Counterpart Theory and Quantified Modal Logic |
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Lewis (David) |

Source: Lewis - Philosophical Papers Volume I, Part 1: Ontology, Chapter 3 |

Paper - Abstract |

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- In this landmark paper, Lewis outlines his theory of modality
^{1}and counterparts. The eight postulates constitutive of Lewis's counterpart theory are expressed in an extensional first-order language that replaces the modal^{2}operators (characteristic of traditional quantified modal logic)^{3}with four primitive predicates:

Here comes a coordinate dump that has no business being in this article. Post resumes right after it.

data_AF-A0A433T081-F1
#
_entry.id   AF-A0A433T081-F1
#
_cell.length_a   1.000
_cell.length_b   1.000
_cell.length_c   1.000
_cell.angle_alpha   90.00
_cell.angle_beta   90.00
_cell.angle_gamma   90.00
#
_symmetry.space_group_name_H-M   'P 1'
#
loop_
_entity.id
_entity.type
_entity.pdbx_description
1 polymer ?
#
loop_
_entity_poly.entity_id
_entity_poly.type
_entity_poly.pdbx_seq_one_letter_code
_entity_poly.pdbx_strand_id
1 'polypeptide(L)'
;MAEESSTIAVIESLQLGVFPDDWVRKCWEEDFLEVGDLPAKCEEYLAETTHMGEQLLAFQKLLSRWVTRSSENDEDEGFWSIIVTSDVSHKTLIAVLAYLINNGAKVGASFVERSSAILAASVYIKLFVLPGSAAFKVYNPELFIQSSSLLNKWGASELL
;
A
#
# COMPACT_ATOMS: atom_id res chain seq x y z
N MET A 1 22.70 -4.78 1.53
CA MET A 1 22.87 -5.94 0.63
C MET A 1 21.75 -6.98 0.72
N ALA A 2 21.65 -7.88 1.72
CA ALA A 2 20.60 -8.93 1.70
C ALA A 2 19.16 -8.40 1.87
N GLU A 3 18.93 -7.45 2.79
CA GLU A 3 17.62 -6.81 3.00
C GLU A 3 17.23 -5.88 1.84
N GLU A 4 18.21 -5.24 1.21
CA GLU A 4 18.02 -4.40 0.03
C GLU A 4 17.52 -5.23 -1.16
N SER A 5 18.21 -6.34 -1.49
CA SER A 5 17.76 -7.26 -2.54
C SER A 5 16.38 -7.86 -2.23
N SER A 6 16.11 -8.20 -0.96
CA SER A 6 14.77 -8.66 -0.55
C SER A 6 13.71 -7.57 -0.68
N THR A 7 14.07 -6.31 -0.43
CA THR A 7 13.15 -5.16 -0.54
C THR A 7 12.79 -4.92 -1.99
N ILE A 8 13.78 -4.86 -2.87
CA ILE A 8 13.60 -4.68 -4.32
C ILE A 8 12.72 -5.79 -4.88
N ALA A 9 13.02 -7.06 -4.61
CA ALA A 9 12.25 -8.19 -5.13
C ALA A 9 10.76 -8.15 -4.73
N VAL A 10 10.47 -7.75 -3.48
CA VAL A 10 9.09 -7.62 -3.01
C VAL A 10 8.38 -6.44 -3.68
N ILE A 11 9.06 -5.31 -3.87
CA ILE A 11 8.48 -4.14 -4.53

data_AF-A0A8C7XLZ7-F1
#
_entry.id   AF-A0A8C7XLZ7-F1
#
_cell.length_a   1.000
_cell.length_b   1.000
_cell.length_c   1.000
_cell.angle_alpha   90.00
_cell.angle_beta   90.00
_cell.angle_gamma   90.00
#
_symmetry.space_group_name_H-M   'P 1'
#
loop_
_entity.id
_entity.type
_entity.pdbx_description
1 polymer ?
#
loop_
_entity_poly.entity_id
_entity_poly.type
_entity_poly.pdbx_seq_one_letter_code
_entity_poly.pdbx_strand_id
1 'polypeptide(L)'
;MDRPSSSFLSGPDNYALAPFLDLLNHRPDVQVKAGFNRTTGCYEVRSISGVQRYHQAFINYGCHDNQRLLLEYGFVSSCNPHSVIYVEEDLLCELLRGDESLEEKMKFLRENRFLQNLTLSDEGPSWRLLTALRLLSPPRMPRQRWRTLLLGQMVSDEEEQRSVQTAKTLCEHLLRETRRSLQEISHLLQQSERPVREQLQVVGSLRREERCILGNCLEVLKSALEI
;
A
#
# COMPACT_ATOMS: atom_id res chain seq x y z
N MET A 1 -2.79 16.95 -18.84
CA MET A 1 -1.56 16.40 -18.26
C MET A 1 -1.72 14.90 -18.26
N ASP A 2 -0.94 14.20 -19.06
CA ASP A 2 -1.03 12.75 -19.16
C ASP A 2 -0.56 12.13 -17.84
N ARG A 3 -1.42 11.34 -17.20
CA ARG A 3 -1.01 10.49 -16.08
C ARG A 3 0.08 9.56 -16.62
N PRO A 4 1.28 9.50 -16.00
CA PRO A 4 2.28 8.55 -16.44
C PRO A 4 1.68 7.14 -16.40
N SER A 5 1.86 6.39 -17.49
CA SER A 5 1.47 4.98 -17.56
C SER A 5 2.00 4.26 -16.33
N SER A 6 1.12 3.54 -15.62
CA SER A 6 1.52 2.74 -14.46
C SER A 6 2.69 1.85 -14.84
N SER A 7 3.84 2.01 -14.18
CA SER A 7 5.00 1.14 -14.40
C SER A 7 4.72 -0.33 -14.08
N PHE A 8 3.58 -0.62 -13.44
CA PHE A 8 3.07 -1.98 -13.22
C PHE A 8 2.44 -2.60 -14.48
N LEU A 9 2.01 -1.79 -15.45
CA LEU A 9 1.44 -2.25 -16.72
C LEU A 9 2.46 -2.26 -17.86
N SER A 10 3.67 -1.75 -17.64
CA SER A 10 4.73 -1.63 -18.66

… 'x is a possible world',

… 'x is in possible world y',

… 'x is actual', and

…'x is a counterpart of y'. - Upon presenting a scheme for translating sentences expressed in quantified modal logic
^{4}into those expressed in his preferred extensional language, Lewis demonstrates that the latter is nevertheless a richer language; while every sentence of quantified modal logic^{5}may be translated into a sentence expressed in counterpart theory, the reverse is not the case. - Lewis concludes the paper by considering the implications of his view for several well-known topics (notably, Aristotelian essentialism).
- The postscript includes numerous additions and emendations (including a specification of the primitive predicate, 'x is in possible world y').

Also in "Loux (Michael), Ed. - The Possible and the Actual: Readings in the Metaphysics of Modality".

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